The detained co-founder of an Islamic charity accused of funneling money to terrorists is asking for asylum in the United States. Rabih Haddad says he fears retribution if he is forced to return to his native Lebanon.
Rabih Haddad says he has spoken out against the al-Qaida terrorist network and the September 11 terrorist attacks, and he fears that could make him a target for persecution if he is deported to Lebanon.
The head of the Global Relief Foundation has been jailed since last December, when he was arrested at his home in Ann Arbor, Michigan for a visa violation. The same day Mr. Haddad was arrested, the U.S. government also raided Global Relief's offices in suburban Chicago and froze the charity's assets.
The Bush administration suspects Global Relief of having links to terrorism, but has filed no criminal charges against the organization or against Mr. Haddad. Both deny any links to terrorist groups.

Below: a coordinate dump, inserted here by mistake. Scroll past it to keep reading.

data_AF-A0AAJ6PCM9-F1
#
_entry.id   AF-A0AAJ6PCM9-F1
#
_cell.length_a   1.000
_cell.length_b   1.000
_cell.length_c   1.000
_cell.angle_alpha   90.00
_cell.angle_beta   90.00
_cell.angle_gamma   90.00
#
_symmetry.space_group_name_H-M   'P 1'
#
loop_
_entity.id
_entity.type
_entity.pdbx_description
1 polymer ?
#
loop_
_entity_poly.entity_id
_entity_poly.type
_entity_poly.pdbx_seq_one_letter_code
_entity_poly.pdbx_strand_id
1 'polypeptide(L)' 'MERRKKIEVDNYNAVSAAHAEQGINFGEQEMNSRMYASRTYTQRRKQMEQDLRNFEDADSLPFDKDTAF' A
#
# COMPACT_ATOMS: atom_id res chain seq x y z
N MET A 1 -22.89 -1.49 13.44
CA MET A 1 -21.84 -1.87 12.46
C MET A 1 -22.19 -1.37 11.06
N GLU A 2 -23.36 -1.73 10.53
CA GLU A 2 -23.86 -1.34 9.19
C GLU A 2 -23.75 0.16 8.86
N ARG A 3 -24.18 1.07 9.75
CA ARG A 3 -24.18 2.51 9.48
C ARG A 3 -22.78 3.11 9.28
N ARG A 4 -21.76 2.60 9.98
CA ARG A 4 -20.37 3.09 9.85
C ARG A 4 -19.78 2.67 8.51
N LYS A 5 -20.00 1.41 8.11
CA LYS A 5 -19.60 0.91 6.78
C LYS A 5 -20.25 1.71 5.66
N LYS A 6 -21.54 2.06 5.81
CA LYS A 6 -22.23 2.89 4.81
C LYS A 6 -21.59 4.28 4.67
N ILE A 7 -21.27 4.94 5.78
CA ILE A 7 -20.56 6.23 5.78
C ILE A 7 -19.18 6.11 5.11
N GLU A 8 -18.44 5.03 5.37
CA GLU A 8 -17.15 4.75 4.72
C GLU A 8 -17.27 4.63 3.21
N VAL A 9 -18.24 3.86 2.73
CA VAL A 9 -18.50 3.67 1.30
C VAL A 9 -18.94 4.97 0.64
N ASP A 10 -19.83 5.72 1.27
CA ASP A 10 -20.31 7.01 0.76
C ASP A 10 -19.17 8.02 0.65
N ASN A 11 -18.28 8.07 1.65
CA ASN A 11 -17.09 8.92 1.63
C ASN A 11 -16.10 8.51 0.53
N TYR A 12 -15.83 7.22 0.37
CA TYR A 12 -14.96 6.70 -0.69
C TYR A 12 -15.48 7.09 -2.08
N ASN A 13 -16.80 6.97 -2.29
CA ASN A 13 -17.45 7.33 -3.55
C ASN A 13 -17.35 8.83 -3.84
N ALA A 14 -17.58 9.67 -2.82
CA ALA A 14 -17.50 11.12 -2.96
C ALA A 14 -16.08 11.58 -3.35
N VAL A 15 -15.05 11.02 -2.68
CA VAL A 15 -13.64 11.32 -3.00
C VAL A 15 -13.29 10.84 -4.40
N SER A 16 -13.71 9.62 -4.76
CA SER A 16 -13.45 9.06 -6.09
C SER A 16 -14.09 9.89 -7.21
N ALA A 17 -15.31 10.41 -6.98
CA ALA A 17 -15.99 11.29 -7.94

The United States Immigration and Naturalization Service says Mr. Haddad should not be granted asylum, because he did not request it within a year of entering the United States.
Mr. Haddad's lawyer says his client can apply for asylum because the political climate in Lebanon has changed since Mr. Haddad left, and the publicity of his case might make him a target.
Mr. Haddad is also seeking asylum for his family. He made his asylum request in Detroit, where a United States immigration judge is considering whether to release him on bond while he contests efforts to deport him. The U.S. government is arguing against granting Mr. Haddad bond, saying it considers him a flight risk if he is released from jail.
Portions of Mr.Haddad's bond hearing have been closed to the public and the news media. The U.S. government says it wants to avoid releasing sensitive information from the hearings that could help terrorists.